from The Water's Edge

Campaign Foreign Policy Roundup: The Sixth Democratic Debate

Senator Bernie Sanders listens to Senator Amy Klobuchar speak at the Democratic presidential debate on December 19.
Senator Bernie Sanders listens to Senator Amy Klobuchar speak at the Democratic presidential debate on December 19. Mike Blake/Reuters

Each Friday, I look at what the presidential challengers are saying about foreign policy. This week: the Democratic debate, financial corruption, and progressive foreign policy.

December 20, 2019

Senator Bernie Sanders listens to Senator Amy Klobuchar speak at the Democratic presidential debate on December 19.
Senator Bernie Sanders listens to Senator Amy Klobuchar speak at the Democratic presidential debate on December 19. Mike Blake/Reuters
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The seven leading Democratic presidential challengers met in Los Angeles last night for the sixth Democratic debate. The conversation touched on a range of foreign policy issues, including Afghanistan, U.S.-Israeli relations, China, the U.S.-Mexico-Canada Agreement (USMCA), and climate change. For the most part, the candidates didn’t break any new ground. They also seldom challenged each other—as they did on campaign contributions. Whether that’s because they fundamentally agreed, or because they didn’t see any political benefit to mixing it up, is an open question.

The closest the discussion came to a true debate was when conversation turned to USMCA. Bernie Sanders said the deal made some “modest improvements” on NAFTA, but that he would still vote no on USMCA because it didn’t do enough for workers, farmers, or the climate. Amy Klobuchar followed by saying she would vote yes precisely because of the improvements that Sanders deemed insufficient. The contrast formed a perfect opportunity to draw all the candidates out on what a good trade deal looks like. But as happened repeatedly all night, the moderator changed topics, leaving viewers to wonder what the other candidates think about trade.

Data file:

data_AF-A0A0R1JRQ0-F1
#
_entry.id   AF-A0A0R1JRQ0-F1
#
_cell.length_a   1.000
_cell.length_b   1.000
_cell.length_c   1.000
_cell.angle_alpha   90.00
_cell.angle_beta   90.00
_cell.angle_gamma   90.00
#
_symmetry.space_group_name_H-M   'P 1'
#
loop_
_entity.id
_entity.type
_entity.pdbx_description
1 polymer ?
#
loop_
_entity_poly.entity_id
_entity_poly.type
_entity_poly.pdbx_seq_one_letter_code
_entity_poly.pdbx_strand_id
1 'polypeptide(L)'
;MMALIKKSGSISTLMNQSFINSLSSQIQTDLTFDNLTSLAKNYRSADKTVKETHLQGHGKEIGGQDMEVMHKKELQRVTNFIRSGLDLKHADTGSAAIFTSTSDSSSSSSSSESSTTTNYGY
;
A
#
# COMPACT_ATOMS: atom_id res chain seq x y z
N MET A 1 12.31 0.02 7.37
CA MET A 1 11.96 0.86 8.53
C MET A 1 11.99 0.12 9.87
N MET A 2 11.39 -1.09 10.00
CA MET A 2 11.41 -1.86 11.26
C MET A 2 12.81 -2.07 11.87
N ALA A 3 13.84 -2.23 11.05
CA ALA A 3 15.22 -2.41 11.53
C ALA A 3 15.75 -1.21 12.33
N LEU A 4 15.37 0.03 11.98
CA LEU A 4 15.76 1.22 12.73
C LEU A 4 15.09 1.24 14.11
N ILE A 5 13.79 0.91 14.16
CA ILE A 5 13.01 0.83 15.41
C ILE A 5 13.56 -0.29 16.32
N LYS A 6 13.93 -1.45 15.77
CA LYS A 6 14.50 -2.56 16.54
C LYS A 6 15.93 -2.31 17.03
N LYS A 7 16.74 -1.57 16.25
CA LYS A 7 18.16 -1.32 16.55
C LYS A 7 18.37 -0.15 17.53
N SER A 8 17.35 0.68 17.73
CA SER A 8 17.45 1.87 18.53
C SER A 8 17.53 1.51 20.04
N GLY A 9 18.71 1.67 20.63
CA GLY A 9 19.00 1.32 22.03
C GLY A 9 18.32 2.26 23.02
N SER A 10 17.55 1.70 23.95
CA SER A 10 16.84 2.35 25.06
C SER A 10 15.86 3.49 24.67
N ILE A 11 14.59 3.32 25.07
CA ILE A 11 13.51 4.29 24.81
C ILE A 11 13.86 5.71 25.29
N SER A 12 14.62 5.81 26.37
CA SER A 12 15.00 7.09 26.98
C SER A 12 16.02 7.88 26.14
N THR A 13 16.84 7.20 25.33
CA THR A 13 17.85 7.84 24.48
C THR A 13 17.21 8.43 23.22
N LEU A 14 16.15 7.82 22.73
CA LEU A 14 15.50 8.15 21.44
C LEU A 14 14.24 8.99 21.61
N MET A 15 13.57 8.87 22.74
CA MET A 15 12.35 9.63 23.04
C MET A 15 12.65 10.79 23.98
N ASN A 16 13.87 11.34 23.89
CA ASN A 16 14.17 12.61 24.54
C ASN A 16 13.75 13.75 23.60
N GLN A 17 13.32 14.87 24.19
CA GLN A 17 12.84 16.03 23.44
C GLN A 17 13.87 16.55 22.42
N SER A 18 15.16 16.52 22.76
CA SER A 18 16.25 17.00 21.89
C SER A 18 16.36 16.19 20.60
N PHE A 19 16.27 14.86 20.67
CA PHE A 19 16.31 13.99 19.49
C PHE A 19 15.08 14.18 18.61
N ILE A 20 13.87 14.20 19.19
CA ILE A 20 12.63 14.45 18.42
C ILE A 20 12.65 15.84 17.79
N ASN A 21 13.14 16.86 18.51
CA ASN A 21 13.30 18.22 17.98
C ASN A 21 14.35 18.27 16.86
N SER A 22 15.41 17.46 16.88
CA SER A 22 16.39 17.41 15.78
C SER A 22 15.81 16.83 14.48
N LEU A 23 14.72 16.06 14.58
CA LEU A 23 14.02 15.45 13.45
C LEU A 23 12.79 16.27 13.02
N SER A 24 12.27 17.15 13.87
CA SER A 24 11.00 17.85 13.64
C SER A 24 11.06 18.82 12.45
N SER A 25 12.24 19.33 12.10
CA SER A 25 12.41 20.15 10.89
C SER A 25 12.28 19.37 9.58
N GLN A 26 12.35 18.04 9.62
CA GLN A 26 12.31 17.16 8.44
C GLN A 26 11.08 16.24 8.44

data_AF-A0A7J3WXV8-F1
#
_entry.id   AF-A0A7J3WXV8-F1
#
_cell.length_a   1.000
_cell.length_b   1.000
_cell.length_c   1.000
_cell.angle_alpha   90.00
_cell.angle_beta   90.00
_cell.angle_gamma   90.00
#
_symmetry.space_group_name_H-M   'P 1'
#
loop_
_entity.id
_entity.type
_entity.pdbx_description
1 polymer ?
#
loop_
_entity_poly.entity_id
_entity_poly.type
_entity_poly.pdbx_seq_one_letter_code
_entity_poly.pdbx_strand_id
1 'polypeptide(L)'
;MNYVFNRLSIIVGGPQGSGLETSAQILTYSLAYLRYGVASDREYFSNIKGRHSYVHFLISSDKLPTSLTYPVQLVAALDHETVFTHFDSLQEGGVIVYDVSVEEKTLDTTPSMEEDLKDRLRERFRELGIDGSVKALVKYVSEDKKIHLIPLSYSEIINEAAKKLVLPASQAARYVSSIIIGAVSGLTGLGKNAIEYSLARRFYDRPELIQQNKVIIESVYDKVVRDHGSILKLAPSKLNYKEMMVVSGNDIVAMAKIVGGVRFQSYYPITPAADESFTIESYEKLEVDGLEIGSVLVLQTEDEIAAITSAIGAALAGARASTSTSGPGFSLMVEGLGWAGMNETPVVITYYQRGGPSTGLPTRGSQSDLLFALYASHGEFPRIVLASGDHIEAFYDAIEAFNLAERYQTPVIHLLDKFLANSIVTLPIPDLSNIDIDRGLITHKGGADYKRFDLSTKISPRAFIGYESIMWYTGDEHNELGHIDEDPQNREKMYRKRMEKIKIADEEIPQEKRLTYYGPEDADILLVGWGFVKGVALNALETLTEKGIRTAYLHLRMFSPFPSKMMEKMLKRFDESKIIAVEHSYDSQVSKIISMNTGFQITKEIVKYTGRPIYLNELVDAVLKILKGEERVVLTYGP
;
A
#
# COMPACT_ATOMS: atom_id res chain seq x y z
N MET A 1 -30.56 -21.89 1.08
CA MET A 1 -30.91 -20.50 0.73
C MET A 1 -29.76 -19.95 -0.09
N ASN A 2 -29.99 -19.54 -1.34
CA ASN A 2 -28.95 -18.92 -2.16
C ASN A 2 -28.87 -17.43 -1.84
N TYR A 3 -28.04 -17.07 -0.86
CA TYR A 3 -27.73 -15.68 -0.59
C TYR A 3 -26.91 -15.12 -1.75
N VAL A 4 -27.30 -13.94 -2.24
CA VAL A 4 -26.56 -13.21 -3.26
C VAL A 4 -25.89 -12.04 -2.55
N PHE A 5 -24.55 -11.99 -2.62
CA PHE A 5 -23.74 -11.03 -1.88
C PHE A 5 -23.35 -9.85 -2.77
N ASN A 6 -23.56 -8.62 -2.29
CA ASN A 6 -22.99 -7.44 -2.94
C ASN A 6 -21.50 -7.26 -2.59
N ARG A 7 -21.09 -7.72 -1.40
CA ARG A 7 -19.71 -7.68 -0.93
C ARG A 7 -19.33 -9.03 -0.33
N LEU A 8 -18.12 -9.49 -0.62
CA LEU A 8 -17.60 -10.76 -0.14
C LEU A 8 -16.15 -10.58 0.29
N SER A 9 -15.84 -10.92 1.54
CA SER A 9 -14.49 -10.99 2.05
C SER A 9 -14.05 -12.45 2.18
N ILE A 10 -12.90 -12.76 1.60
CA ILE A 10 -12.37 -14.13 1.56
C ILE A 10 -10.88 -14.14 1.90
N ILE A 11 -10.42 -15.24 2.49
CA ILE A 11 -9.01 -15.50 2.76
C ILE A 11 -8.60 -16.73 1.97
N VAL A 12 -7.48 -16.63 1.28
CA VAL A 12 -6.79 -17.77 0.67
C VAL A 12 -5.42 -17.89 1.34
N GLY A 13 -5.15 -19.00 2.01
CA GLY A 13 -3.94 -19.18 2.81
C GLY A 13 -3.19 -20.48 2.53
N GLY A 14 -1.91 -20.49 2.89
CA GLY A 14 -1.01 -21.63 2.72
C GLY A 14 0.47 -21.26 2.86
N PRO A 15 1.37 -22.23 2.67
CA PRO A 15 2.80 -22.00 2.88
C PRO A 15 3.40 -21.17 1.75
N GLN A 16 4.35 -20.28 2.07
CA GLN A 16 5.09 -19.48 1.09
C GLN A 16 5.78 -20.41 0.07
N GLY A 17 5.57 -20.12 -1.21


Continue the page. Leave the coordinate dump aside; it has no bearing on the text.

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Financial Corruption

Corruption is a global problem that produces a long list of pernicious consequences. As the World Bank points out, corruption undermines efforts to end extreme poverty, “erodes trust in government,” “impedes investment,” and “fuels and perpetuates the inequalities and discontent that lead to fragility, violent extremism, and conflict.” And “much of the world's costliest forms of corruption could not happen without institutions in wealthy nations: the private sector firms that give large bribes, the financial institutions that accept corrupt proceeds, and the lawyers and accountants who facilitate corrupt transactions.”